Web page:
Point of Sale

EMV As mPOS Competitive Advantage

The land of mPOS opportunity? Since last October’s EMV liability shift, the U.S. market has captured the attention of several global mPOS providers, including several that once thought the U.S. was too much of a red ocean. For the July edition of the mPOS Tracker™, PYMNTS spoke with SumUp CEO Dan Klein about how EMV changed all that. Catch that, plus the latest news and updates from around the mPOS space, along with a player directory containing the profiles of more than 200 providers.

Before October 2015, most European mPOS providers were not particularly interested in the U.S. market, which had yet to embrace EMV security. However, since the EMV liability shift sent ripples through the market, foreign companies, like U.K.-based SumUp, have shifted their attention across the pond. While Square, the company known for its sleek mPOS terminals, had previously dominated the mPOS market in the U.S., SumUp and others like it are now fighting to wrestle some of that control of the market away from Square.

For more about why the U.S. market became interesting for foreign players, and the challenges faced by international mPOS providers hoping to find stateside success, PYMNTS caught up Dan Klein, CEO of SumUP.

Here’s a preview:

While EMV adoption and the liability shift in the U.S. falls in line with the rollout in Europe, a benchmark market for post-EMV fraud decline, it differs in the way it was actually implemented in Europe.

In Europe, for instance, EMV transactions are packaged together with PIN security. However, giving way to consumer convenience, the U.S. market has adopted dip and sign. This means that, for European mPOS players, entering the U.S. market essentially demands versioning their products to accommodate the expectations of American consumers.

“For the U.S. market, we simplified it quite significantly,” Klein said. “A very important difference is it doesn’t come with a PIN pad and in Europe we always use a PIN pad.”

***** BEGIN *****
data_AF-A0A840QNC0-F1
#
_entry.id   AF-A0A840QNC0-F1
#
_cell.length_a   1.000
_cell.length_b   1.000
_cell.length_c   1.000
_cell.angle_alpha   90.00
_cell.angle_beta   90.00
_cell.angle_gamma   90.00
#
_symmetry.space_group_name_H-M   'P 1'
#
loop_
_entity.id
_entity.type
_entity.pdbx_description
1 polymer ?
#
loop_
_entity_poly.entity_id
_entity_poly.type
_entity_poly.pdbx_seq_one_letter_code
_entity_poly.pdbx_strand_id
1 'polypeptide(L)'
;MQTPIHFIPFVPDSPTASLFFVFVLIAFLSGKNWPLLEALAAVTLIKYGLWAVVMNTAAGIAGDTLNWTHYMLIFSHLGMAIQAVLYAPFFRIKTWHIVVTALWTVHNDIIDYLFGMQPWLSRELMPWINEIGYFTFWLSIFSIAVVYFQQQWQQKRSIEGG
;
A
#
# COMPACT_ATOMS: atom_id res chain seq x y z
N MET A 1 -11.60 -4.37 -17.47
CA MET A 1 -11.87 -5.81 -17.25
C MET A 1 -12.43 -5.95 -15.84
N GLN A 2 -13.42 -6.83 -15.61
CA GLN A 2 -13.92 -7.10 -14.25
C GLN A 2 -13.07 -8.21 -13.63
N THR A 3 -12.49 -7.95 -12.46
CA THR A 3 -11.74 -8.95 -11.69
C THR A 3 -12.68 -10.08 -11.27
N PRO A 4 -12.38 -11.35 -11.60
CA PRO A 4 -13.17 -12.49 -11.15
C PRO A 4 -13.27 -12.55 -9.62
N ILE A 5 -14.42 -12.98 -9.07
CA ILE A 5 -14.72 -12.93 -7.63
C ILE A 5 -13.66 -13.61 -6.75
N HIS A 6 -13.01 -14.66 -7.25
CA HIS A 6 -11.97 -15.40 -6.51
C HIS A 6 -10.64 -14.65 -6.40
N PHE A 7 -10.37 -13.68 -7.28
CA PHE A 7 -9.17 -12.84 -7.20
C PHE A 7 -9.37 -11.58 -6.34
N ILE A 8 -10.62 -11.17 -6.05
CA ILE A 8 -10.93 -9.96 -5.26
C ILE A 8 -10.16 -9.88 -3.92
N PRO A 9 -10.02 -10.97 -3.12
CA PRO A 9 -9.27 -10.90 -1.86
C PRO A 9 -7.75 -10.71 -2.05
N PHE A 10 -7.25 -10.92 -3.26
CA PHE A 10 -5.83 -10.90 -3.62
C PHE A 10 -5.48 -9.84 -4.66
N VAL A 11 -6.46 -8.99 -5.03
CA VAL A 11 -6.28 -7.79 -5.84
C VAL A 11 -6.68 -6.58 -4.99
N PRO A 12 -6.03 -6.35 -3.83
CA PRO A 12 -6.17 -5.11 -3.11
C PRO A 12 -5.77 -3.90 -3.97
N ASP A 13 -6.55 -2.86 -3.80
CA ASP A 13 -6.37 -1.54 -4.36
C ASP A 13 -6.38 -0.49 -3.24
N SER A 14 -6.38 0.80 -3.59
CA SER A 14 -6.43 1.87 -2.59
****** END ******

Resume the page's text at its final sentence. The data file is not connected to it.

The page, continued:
The ubiquity of PIN-less chip cards in the U.S. can be estimated by the fact that over 60 percent of Visa’s chip-based credit and debit cards didn’t require PIN or signature until last year.

While currently uncommon, it is projected that the U.S. market will see a larger share of chip and PIN backed transactions by 2025 as merchants like Walmart push for PIN-based transactions for better security. 

Around the world of mPOS

New data from Juniper Research on the rise of mPOS technology projects that mPOS terminals and technology will account for 40 percent of retail sales by 2021. In an effort to capture as much of that market as possible, mPOS providers across the globe recently rolled out notable new products and offers.

Cybersecurity company Thales announced it would roll out the payShield 9000 hardware security module in the United Arab Emirates, helping tech provider Swiftch launch a MasterCard and Visa certified mPOS solution in the middle east. WePay, meanwhile, debuted a new mPOS solution that promises to help retailers integrate online and in-person payments.

Square announced it would offer their popular EMV card reader under a new pricing option, delivering potentially good news for merchants who could not afford the reader’s $60 price tag. The reader, which saw half a million sales in its first year on the market, will now be available for 60 $1-a-week payments.

The July edition of the mPOS Tracker™ features the latest industry news from the mPOS space along with the profiles of more than 210 players, including five new additions to the tracker and two updated profiles.

To download the July edition of the PYMNTS.com mPOS Tracker™, click the button below …

mPOS download here july

About The Tracker

The PYMNTS mPOS Tracker™ is your go-to resource for staying up to date on a month-by-month basis. The tracker highlights the contribution of different stakeholders, including institutions and technology coming together to make this happen.

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